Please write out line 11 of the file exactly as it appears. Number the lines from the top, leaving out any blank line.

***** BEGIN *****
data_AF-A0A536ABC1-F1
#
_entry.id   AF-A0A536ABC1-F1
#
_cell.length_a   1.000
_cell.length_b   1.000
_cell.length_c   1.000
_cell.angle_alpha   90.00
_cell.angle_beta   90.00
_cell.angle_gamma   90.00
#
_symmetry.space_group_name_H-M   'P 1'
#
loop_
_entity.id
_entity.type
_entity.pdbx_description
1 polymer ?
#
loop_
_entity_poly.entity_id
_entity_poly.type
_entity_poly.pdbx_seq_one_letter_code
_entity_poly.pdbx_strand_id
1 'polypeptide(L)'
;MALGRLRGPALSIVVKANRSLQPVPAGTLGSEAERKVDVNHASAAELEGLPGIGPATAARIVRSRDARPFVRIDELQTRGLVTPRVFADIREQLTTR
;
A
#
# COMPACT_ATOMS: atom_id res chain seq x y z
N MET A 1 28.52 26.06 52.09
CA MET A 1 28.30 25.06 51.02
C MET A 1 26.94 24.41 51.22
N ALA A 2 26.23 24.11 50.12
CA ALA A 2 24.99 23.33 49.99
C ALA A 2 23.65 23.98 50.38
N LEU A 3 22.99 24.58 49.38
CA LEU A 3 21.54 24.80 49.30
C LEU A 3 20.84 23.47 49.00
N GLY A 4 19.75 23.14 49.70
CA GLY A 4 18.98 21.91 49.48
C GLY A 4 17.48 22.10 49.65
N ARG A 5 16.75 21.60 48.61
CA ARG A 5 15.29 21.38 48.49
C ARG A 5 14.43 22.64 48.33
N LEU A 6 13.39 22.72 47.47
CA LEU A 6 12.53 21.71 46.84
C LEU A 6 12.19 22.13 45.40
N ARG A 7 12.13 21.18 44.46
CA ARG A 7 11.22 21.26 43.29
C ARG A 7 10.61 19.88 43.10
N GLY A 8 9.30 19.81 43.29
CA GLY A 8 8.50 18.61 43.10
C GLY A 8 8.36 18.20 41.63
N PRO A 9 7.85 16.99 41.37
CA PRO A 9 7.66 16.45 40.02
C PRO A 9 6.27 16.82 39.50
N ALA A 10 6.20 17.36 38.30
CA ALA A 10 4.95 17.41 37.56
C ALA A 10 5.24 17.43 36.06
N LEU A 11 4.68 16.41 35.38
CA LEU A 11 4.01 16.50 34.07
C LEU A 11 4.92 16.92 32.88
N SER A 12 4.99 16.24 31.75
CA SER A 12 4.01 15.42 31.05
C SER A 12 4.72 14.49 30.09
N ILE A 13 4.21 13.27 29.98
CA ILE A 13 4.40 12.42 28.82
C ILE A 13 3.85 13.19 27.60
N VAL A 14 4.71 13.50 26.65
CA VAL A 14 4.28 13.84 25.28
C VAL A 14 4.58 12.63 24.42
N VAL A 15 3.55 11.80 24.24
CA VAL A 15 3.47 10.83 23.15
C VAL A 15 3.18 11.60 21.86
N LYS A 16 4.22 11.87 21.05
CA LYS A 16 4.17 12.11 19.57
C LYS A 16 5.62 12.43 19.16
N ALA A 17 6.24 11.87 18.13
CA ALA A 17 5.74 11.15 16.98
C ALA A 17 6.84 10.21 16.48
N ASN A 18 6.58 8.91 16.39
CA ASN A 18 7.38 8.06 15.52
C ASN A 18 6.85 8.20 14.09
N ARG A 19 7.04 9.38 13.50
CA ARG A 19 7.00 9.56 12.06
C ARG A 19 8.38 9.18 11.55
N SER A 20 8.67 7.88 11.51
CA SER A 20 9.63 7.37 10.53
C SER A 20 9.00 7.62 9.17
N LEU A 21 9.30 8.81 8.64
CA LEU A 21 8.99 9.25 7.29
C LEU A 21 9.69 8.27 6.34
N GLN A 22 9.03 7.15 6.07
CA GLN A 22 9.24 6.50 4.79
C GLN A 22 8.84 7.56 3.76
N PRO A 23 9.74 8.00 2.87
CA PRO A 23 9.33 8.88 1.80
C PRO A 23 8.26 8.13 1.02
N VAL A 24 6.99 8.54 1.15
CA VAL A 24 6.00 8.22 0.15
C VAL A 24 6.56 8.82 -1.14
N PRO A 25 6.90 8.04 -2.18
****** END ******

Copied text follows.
#